“There is a system set up for those in the intelligence [community] to report it to the Office of the Inspector General,” added Gray. “If you disclose classified information to someone who doesn’t have the clearance or the need to know, you are in essence violating U.S. law. Instead you can report the information through channels with the PPD-19. Snowden’s actions instead did damage to national security, but had he reported through the proper channels to the office of the inspector general it could have been handled without any problems.”
Too Much Information?
Another now “infamous” example of whistleblowing is the “Pentagon Papers,” which revealed that the U.S. had secretly enlarged the scope of its actions in the Vietnam War. The papers, officially titled Report of the Office of the Secretary of Defense Vietnam Task Force, for the United States Department of Defense (DoD), were released by Daniel Ellsberg, who had worked on the study.
The papers demonstrated that the Johnson Administration had lied to the public as well as Congress about the state of the war. However, even those revelations, which were published by The New York Times, didn’t actually protect Ellsberg.
“After the Pentagon Papers were published, Daniel Ellsberg was formally accused of conspiracy, espionage, and theft of government property, but those charges were dropped after investigators discovered that the Nixon White House was attempting to smear Ellsberg,” explained King. “The scope of the information revealed is also a contributing factor. Ellsberg was an intelligence analyst and was careful about what documents he gave to the media.”
In contrast, Edward Snowden copied and gave a massive number of files to WikiLeaks, which in turn revealed the information publicly.
“Much of that material supported Snowden’s contention that the NSA and other U.S. government agencies were indiscriminately collecting information about citizens and organizations but he also disclosed British and Australian government information,” noted King. “Given current circumstances, I doubt that Snowden’s acts will ever be resolved as clearly as Daniel Ellsberg’s.”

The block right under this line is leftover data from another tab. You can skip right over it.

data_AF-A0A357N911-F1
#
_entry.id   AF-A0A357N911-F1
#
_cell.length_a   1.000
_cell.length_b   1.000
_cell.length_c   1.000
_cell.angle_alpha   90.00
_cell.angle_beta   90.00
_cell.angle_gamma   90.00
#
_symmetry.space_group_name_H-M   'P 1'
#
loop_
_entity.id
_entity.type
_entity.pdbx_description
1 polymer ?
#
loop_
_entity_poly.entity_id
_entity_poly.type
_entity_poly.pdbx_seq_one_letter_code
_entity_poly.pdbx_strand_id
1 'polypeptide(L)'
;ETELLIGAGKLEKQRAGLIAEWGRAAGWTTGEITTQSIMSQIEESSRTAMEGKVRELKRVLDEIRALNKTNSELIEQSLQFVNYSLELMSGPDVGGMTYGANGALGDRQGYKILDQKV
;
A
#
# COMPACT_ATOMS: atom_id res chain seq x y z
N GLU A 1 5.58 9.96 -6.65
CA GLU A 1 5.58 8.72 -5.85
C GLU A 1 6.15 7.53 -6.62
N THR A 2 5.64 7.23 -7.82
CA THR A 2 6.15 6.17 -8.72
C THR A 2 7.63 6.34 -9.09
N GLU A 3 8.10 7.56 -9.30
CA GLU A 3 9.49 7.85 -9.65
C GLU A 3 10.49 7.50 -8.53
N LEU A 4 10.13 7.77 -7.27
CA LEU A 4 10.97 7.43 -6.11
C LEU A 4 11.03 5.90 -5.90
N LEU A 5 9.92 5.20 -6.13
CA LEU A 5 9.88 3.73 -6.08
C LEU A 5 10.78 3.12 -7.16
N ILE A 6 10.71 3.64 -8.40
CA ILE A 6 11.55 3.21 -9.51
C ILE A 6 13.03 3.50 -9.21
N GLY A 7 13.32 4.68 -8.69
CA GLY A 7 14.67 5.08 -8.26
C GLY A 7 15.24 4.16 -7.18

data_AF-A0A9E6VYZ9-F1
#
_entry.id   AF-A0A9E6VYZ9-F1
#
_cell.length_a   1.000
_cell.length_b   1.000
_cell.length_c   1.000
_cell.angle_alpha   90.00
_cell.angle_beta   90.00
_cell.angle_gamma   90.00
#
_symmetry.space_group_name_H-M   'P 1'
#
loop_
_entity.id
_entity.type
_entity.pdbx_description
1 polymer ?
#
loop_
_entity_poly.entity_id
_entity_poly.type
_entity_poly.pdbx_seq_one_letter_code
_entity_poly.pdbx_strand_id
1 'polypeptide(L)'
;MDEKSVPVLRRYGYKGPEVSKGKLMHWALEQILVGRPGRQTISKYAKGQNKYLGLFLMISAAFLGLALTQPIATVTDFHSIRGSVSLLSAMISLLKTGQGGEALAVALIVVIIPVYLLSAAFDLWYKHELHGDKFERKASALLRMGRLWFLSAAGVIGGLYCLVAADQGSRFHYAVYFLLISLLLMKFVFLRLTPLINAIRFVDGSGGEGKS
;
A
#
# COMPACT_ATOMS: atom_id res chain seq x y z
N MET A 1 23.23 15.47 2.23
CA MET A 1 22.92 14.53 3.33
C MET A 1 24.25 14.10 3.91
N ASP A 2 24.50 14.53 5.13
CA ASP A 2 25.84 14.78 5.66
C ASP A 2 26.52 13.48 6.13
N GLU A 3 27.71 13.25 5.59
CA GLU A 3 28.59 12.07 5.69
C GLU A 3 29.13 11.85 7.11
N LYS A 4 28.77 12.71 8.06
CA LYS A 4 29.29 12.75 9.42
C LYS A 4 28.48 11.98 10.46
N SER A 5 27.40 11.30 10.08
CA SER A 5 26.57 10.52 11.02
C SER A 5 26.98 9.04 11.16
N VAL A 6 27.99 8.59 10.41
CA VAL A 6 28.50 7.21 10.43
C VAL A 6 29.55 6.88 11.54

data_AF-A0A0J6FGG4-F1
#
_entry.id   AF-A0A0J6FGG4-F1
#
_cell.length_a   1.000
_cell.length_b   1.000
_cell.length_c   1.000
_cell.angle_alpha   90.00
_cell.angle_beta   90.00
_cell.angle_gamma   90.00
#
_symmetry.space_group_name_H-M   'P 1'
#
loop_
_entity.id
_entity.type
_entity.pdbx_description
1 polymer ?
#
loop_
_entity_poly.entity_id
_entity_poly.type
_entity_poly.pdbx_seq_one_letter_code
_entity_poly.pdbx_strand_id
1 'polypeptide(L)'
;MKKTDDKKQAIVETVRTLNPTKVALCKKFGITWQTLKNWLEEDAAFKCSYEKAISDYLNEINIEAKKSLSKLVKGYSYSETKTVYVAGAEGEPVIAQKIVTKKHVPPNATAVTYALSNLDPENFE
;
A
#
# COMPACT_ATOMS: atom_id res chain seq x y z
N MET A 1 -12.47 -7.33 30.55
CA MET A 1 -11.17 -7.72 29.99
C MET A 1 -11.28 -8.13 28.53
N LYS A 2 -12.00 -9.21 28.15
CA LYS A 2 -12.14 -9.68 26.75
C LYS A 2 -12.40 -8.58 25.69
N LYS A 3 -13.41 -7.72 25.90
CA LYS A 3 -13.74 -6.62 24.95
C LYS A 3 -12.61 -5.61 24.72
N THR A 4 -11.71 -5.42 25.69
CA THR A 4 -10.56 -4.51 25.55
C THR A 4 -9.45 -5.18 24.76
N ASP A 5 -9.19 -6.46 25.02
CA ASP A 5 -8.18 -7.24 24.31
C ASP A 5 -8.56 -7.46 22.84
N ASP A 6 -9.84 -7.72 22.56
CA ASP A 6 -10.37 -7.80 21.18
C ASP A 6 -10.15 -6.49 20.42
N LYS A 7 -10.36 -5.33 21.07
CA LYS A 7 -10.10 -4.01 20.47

A Fine Line
After 9/11, whistleblowers have disclosed information about the defense and intelligence community, and other interrogation programs that could fall into the domain of “violation of the law” or “abuse of power.” As a result, the perspective between a whistleblower and illegal disclosure of classified information could remain blurred.
“There may be little difference,” said Morgan. “It is just the degree of risk a person wishes to take and the facts about what the government or agency is doing. At times, it is only after the fact that we are all able to decide the person was ‘justified’ in telling Americans what their government is doing since, in the end, we may find that the government was indeed wrong and behaving badly.”
In other cases, we find that the person who disclosed information on their own and not through the Whistleblower Protection Act (WPA) channels have put more lives at risk by doing what they thought was right – but something that was not well thought through or consulted to within the organization, warned Morgan.
“In the world of intelligence, it can be very difficult to know the ramifications of an action,” he added. “I support the WPA and – as frustrating as it might be to tolerate the amount of time going through an official process might take – it is a pretty good mechanism.”